The good news is that a search friendly website enhanced by search marketing, or search engine optimisation (SEO), will create significant standout for any UK university. Lack of competition is a major benefit that can be combined with effective search practice.

Website design in China is behind the West, but social media is significantly more advanced, and is the most powerful marketing medium for the Chinese student demographic. It is normal to try to describe social media in China in like for like terms with Facebook, Twitter etc, but this is an inaccurate convenience. It is too different.

For example, social e-commerce is extremely widespread and has facilities such as bank accounts that allow purchasing from vending machines by swiping QR codes.

When compared to the UK, social media also plays a much greater role in the daily life of all consumer groups in China, including students. There are social platforms for special interest groups ranging from furniture to sports watches, and they can have participants in the tens of millions.

A key element of social marketing is the engagement of specific user or interest groups through KOLS (Key Opinion Leaders). KOLS frequently have massive user followings, and their status is based on knowledge and trust. Feeding them with insights enhances their position, but more importantly key messages can be passed through KOLS as authoritative and influential information. It is an extremely effective way of connecting with large numbers of individuals seeking reliable information on given subject areas.

Pay per click advertising (PPC) should be considered only by those with deeper pockets. Web design, search marketing and social media marketing should come first. However, if budget does allow for paid advertising the benefits are similar in China to the West – money will allow a first page appearance in searches.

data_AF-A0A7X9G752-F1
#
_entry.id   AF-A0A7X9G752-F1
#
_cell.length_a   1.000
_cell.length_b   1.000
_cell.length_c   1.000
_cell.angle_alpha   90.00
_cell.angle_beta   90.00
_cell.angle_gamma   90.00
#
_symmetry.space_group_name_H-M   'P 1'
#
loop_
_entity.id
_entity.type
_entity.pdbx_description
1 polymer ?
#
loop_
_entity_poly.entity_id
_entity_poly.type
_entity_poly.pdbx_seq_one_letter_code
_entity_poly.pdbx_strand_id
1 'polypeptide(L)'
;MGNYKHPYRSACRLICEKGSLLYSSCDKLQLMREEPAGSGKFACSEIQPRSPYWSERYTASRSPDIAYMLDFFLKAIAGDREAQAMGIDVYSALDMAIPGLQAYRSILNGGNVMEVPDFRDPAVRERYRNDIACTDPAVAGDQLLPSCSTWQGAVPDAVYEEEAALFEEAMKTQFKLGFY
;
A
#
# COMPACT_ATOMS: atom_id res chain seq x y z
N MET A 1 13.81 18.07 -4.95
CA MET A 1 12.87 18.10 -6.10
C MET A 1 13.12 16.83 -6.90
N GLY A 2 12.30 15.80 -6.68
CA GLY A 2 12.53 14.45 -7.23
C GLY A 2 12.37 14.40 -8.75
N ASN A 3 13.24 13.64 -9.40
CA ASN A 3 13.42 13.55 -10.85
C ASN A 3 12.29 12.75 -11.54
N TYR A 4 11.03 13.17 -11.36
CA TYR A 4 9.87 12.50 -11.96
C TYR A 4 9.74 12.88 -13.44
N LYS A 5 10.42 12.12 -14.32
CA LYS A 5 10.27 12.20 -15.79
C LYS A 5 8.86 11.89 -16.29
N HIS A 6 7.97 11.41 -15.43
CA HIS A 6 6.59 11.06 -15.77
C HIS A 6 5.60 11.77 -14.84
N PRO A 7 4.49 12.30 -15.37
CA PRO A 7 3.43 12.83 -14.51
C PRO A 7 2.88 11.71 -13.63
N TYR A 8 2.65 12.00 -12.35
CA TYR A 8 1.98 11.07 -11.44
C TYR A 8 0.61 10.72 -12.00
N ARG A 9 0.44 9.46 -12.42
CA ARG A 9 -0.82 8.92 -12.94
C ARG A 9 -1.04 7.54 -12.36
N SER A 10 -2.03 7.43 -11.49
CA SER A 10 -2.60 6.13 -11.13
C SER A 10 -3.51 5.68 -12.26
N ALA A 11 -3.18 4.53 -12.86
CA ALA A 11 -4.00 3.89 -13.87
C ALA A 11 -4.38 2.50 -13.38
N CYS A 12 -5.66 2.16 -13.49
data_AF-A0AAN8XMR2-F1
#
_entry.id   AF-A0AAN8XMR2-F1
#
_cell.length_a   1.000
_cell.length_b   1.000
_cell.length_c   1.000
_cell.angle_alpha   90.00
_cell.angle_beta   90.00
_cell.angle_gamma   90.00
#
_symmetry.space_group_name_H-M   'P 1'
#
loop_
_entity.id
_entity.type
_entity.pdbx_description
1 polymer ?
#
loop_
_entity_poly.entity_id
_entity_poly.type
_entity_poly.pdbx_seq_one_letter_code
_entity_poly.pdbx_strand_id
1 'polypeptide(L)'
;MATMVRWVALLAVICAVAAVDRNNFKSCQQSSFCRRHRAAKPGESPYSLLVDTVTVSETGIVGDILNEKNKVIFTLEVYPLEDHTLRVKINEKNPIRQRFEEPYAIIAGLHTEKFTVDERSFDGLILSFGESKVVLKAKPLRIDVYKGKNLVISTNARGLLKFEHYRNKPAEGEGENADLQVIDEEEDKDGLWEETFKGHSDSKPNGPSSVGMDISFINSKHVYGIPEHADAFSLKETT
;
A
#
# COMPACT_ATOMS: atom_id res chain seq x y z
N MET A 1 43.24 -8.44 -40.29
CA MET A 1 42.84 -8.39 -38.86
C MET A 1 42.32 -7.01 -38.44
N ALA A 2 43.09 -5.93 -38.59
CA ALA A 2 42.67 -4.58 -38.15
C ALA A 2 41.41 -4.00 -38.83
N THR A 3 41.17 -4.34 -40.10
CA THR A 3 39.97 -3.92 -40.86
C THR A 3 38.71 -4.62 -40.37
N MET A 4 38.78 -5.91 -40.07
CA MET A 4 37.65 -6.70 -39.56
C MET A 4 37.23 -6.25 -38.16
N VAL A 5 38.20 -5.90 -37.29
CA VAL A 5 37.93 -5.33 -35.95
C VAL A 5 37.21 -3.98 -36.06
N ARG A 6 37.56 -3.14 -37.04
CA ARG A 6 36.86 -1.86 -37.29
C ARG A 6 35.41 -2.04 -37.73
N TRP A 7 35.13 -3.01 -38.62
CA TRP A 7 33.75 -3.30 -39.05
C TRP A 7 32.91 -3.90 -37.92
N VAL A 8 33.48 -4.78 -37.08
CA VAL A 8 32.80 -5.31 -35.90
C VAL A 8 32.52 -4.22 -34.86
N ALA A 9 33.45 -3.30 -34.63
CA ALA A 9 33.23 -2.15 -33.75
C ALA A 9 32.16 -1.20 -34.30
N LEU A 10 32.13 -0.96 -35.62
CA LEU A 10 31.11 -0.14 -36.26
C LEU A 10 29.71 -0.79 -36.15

When deciding this route it is possible to get increased value for money. Baidu has appointed partners in every country, and they are given special status that allows them inside information when monitoring bidding in key word advertising. For all others the bidding is blind, but Baidu affiliates can see exactly who is bidding for what words and how much. Working with such an agency is a very useful benefit.

It is obviously important to know what messages work best in attracting the attention of Chinese students. Academic success rate and the types of degree on offer are the two biggest factors, but showcasing the opportunity to learn and integrate with the local community, travel links and shopping are also important attributes.

All of this and more can be conveyed in context through digital marketing in China, and what is more there is a receptive audience that is hearing little information from elsewhere. For the next few years at least there will be a great opportunity to take advantage of this vacuum and create a positive presence in China that can be used to become known in the short, medium and long term as student friendly institution.

Qumin is Europe’s only full service Chinese digital marketing company. It has offices in London and Shanghai. www.qumin.co.uk